By Lynn Jones
A lot of people travel this time of the year. They go on all kinds of exciting trips, but let me tell you the greatest journey that anyone can ever take. It is the journey from a question mark to an exclamation point.
Job suffered terribly. In the space of just a few hours, he lost his possessions, his family, and his health. Such overwhelming losses produced dozens of questions. Why has this happened to me? Where is justice in the world? And, most perplexing of all, where is God?
After he had demanded that God make an appearance, God did so. Coming in the midst of the storm, God appeared to Job with some questions of His own. At the end of this encounter, Job said, “My ears had heard of you, but now my eyes have seen you.” He had made the journey from a question mark to an exclamation point.
Peter and the other disciples were in a boat on the Sea of Galilee when they were overtaken by a fierce storm. Then Jesus came and stilled the storm. They asked, “What kind of man is this?”
Later, Jesus asked those disciples to tell Him who He was. Peter declared, “Thou art the Christ, the Son of the living God!” He had moved from a question mark to an exclamation point.
No disciple was more tormented by his doubts and questions than Thomas. When the crucifixion came, he was overwhelmed by more questions than he could possibly answer. So great was the burden of his unanswered questions that he withdrew from the other disciples and missed the first appearance by the resurrected Christ to the other disciples.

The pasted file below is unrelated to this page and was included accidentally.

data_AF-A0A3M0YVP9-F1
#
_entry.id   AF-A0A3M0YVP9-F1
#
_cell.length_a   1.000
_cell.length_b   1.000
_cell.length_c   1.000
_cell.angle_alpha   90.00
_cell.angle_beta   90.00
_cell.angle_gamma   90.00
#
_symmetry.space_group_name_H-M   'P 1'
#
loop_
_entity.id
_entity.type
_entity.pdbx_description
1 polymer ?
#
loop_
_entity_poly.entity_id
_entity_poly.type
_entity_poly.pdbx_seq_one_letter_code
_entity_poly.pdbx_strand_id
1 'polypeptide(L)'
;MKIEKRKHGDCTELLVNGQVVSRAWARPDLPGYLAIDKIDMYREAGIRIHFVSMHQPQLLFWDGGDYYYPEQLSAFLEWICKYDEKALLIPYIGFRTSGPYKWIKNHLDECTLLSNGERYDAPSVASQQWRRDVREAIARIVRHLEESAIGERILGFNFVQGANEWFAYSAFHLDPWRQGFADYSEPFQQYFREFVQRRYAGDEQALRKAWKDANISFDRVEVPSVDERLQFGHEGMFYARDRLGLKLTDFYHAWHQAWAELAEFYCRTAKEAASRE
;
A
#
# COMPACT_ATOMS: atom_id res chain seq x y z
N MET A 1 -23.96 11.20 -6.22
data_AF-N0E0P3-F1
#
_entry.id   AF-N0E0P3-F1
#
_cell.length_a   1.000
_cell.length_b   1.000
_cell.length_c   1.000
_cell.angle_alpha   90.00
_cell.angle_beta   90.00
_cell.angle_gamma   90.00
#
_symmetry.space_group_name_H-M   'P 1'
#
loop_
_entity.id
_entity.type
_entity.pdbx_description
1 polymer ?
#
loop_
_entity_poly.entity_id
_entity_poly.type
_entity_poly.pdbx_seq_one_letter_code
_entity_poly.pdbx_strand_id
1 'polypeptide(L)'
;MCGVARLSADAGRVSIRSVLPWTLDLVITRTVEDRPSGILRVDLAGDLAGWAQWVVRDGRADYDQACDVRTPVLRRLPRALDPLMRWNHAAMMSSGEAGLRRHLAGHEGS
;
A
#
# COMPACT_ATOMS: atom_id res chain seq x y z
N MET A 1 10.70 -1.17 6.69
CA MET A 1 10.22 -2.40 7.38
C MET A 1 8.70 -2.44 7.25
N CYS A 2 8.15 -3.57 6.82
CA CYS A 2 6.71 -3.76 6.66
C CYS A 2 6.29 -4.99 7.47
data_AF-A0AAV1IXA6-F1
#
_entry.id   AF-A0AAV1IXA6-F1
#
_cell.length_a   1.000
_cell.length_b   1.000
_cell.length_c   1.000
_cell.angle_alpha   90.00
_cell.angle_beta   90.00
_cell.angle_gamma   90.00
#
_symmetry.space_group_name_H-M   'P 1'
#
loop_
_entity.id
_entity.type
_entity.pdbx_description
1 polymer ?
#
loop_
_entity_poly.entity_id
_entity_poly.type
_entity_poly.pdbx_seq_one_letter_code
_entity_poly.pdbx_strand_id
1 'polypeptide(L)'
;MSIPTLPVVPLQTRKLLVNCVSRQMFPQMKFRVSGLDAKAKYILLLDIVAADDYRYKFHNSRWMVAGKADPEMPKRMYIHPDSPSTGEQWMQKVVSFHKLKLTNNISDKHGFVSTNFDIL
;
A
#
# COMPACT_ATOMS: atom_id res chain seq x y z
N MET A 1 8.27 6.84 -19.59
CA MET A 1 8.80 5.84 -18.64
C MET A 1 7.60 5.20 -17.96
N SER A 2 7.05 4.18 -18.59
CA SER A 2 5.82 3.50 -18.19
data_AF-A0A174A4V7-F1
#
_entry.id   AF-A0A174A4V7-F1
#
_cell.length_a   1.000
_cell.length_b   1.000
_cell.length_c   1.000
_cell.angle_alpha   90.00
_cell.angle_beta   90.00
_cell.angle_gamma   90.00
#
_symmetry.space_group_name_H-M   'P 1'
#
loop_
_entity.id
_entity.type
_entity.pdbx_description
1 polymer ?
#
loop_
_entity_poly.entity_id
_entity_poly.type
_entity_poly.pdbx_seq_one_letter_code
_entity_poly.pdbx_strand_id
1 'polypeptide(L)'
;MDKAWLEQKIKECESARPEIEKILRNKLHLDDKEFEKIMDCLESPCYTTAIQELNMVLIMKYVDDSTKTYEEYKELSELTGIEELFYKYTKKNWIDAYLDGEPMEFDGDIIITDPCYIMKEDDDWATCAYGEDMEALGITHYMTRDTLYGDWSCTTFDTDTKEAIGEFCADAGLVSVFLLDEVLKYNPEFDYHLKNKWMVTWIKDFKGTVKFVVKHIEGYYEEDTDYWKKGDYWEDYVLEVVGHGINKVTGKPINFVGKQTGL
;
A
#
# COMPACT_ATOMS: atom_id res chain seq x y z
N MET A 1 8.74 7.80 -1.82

One week later, Christ appeared to the other disciples and to Thomas. When Christ came, Thomas dropped his questions. Instead, he uttered the greatest confession of faith found in the gospels. He said, “My Lord and my God!” He had made the journey from a question mark to an exclamation point.
Questions are inevitable. In fact, they are sometimes helpful. But you cannot build your life on a question mark.
It was said of one preacher that he found it difficult to be definite about anything. When he got up to preach, he gave his people the benefit of his doubts, which was no benefit at all.
One poet put it like this: “I am not sure the earth is round/ Nor that the sky is really blue./ The tale of why the apples fall/ May or may not be true./I do not know what makes the tides/ Nor what tomorrow’s world may do,/ But I have certainty enough, O Lord,/ For I am sure of you.”
You are invited to embrace Him by faith and trust. As your faith grows and deepens, it will help you make life’s greatest journey—the journey from a question mark to an exclamation point!
Lynn Jones is a retired pastor who lives in Oxford. He does supply preaching for churches in his area and often serves as an interim pastor. Jones is also an author, has written two books and writes a weekly newspaper column. He may be contacted at: firstname.lastname@example.org.